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Re: Time over Scope (was Re: [XP] Defining IT Project Success)

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  • Chris Wheeler
    ... I d say that more important than either is delivery. Hence the tension between time and scope, perhaps, since they both work towards the final
    Message 1 of 31 , Nov 2, 2007
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      On 11/2/07, Steven Gordon <sgordonphd@...> wrote:
      >
      > John,
      >
      > My understanding is that XP (and Scrum) fixes time and lets scope vary.
      >
      > I believe the motivation for doing this is not that time is more
      > important than scope, but for the exact opposite reason:
      > 1. scope is more important, so we have to allow, adapt to, and ever
      > leverage changes in scope.
      > 2. time is less important, so time can be fixed with much less impact.



      I'd say that more important than either is delivery. Hence the 'tension'
      between time and scope, perhaps, since they both work towards the final
      deliverable on a delivery date.

      Chris.


      [Non-text portions of this message have been removed]
    • Ron Jeffries
      Hello, John. I m still not understanding your point but I can t think of another way to express my confusion. On Sunday, November 4, ... Ron Jeffries
      Message 31 of 31 , Nov 6, 2007
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        Hello, John. I'm still not understanding your point but I can't
        think of another way to express my confusion. On Sunday, November 4,
        2007, at 5:06:41 PM, you wrote:

        > ----- Original Message -----
        > From: "Ron Jeffries" <ronjeffries@...>
        > To: <extremeprogramming@yahoogroups.com>
        > Sent: Sunday, November 04, 2007 2:23 PM
        > Subject: Re: Time over Scope (was Re: [XP] Defining IT Project Success)


        >> Hello, John. On Sunday, November 4, 2007, at 3:31:34 PM, you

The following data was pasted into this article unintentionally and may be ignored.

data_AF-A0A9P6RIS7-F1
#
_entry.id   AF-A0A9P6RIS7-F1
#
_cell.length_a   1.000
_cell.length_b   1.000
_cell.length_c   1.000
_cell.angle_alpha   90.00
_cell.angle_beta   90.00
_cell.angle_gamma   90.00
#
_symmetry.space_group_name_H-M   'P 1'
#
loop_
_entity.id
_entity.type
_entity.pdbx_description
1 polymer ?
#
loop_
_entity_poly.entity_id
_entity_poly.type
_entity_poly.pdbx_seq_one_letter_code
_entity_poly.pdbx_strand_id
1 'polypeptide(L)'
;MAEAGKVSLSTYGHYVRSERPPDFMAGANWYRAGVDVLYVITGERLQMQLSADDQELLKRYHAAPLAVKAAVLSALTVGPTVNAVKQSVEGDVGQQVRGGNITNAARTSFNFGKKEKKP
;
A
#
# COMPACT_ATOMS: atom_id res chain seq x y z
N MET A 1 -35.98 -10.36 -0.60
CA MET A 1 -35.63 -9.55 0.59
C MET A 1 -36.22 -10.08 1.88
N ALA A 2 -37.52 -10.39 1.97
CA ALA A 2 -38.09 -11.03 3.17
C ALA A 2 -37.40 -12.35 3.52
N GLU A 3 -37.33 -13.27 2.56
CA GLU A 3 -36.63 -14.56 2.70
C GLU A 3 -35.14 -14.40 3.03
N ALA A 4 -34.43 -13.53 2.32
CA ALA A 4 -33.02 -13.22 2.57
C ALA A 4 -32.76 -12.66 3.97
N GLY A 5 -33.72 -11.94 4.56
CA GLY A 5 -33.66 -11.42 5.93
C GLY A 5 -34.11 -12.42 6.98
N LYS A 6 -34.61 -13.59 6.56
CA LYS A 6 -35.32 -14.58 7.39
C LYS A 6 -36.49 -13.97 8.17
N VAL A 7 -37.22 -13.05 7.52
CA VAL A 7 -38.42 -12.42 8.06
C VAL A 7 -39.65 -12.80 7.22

>> wrote:
        >>
        >>> "Nice to have" does not equal "won't have", nor does it mean that
        >>> *nobody* wants them.
        >>
        >> Maybe I am misunderstanding you. I took you to be saying you would
        >> schedule lower priority things //instead// of higher, so as to
        >> create slack. That seems wrong but maybe it's not what you meant.

        > There are several different deployment models; which one you
        > use depends on a lot of factors. If you're in a position to use
        > Continuous Deployment, then you don't usually need slack.
        > If you're in a situation where you have to have a release every
        > few months, then you need slack. What may be wisdom in one
        > situation may be folly in another.

        > I'm going from the viewpoint that you have to have some amount
        > of slack in a project with a hard ship date. I also think you don't
        > really want to have idle time scheduled; projects are likely to finish
        > before schedule just as well as after. If they're consistently biased
        > in one direction or another you've got too many pessimists or optimists.

        > "Must Have" is the same as "Can't (or won't) ship without it."

        > "Should Have" is "If this isn't there, we'll schedule a fixup release right
        > away."

        > "Nice to Have" means "If it misses this release, it goes into the next one."

        > The major point is that you don't schedule stuff in the first two categories
        > so they impinge on planned slack. Doing it this way means that you can
        > overload the schedule, in the same way that airlines overbook: they know
        > that they'll occasionally have to reschedule a passenger, but it's more
        > important to minimize empty seats, and they know some people won't
        > show up.



        Ron Jeffries
        www.XProgramming.com
        Do I contradict myself? Very well then I contradict myself.
        (I am large, I contain multitudes.) --Walt Whitman
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